Project management has its roots in the construction industry. A single construction project has numerous stakeholders including investors, architects, engineers, material suppliers and finally construction workers. Construction project managers liaise with these stakeholders, ensure the project complies with local laws and that all necessary permits are kept up to date, in addition to a variety of other duties.
Project management offices are becoming standard in the healthcare industry. Healthcare organizations are typically composed of multiple groups with distinct research interests or medical specialties. Project management offices are essential in managing the various interests within a group while allowing them to operate independently. Healthcare project managers may also work with a specific department managing tasks like opening a new medical wing or hiring staff.
Government & Military
With the increased globalization of the world, project management in the government and military sector has become essential. At the government level, project management involves coordinating with stakeholders from multiple agencies, including international agencies, to assess risk and manage international task teams.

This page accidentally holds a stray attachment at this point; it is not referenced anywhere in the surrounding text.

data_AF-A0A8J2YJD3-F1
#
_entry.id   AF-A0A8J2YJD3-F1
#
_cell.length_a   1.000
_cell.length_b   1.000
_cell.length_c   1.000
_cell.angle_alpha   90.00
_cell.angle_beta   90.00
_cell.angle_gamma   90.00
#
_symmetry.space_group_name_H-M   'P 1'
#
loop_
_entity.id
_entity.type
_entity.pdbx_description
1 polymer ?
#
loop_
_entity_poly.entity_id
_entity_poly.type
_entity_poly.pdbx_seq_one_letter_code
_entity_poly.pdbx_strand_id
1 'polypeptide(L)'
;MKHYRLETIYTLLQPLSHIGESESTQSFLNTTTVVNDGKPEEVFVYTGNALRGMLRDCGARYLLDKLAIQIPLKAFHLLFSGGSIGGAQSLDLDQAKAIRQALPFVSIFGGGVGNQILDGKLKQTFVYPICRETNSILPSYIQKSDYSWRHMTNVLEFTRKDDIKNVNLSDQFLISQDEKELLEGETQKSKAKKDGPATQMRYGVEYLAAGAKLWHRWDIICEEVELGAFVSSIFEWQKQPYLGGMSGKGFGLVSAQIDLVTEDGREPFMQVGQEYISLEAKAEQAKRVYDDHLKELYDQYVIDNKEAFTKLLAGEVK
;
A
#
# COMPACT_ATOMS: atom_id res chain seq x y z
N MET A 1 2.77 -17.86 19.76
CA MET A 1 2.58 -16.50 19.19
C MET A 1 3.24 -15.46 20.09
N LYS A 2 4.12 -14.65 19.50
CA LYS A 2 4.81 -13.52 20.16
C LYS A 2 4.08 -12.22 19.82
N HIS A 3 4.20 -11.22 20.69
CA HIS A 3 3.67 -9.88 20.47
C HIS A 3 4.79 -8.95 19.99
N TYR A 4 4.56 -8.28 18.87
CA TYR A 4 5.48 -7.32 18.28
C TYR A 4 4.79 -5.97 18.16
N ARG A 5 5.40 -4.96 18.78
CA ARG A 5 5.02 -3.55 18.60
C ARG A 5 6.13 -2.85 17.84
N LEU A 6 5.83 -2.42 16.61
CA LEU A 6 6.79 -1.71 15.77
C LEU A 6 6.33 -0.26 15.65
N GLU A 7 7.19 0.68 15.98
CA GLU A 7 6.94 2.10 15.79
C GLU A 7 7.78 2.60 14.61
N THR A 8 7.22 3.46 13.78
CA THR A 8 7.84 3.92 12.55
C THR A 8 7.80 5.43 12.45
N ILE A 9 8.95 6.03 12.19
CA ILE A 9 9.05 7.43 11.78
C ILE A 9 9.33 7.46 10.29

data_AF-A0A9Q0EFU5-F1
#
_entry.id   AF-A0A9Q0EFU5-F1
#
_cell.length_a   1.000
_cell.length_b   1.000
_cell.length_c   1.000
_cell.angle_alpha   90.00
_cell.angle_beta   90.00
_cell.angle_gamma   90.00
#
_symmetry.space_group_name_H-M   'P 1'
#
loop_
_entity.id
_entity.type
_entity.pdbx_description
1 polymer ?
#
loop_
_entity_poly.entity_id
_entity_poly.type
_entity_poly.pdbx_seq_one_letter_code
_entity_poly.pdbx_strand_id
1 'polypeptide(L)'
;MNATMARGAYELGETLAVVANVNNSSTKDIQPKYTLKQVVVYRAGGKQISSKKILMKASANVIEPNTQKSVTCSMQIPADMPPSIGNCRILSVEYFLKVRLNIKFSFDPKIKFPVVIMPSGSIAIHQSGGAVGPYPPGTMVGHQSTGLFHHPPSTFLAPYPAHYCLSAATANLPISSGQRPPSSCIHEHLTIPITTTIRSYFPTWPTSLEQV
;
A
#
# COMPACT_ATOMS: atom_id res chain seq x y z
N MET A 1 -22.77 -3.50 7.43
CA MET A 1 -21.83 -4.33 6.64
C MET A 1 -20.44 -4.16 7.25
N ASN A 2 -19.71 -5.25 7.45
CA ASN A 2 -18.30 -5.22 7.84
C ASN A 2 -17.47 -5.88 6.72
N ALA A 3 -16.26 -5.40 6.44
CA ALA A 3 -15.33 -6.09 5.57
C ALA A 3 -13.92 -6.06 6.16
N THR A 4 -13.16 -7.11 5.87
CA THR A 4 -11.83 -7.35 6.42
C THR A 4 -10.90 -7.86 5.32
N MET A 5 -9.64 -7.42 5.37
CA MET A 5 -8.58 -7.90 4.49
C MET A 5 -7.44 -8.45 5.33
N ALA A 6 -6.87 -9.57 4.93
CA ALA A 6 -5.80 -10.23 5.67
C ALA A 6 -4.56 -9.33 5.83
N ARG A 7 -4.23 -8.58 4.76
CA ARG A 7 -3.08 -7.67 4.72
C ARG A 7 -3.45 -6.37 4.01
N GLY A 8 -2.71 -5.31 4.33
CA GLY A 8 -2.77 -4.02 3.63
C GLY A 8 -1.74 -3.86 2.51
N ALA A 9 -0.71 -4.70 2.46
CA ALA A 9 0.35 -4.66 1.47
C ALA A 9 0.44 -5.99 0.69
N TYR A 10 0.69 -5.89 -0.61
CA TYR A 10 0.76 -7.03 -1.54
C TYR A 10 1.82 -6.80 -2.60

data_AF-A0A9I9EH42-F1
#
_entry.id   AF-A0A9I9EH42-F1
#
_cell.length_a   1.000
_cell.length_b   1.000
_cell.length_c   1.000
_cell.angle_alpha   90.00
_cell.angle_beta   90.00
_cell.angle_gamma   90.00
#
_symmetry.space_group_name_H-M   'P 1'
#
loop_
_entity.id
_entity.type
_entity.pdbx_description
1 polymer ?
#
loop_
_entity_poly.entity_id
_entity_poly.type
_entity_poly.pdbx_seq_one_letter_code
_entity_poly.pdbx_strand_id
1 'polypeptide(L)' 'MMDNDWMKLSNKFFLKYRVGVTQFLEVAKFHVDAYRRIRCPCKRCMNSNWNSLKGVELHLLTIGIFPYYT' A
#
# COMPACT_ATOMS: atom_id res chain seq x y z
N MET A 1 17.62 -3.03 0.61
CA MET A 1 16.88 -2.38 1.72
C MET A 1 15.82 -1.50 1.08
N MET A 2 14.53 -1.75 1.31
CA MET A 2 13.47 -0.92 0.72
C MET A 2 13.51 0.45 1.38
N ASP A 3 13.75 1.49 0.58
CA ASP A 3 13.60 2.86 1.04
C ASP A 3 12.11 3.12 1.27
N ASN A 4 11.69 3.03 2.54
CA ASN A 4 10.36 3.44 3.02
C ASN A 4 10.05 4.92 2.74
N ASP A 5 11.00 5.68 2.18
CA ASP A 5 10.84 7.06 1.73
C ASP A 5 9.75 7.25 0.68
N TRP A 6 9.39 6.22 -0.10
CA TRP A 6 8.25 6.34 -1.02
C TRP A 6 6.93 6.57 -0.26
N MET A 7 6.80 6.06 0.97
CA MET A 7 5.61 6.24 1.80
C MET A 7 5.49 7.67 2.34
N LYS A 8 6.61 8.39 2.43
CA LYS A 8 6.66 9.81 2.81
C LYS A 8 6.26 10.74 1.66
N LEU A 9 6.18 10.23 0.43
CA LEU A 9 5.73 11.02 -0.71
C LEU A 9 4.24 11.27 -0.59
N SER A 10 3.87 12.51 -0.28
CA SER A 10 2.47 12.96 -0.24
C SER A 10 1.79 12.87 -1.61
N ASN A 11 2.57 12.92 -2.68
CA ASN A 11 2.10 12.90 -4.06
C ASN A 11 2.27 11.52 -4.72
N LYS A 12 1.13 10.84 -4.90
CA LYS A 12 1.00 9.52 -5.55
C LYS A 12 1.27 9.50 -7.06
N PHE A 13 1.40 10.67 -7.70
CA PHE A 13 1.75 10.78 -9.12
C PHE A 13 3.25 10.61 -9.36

Specific knowledge areas, such as evaluating risk and cost are directly related to the financial services industry. For example, a financial business manager may assess the feasibility of different investment options. Financial managers can use project management methodology to evaluate portfolios and improve ROI.
Project managers in the IT industry may keep track of documents, licenses, and reports while ensuring projects continue to run smoothly. IT professionals also have the option to earn a specialized project management certification, specific to the field of IT. EC-Council offers the PMITS, a project management certification designed for IT professionals.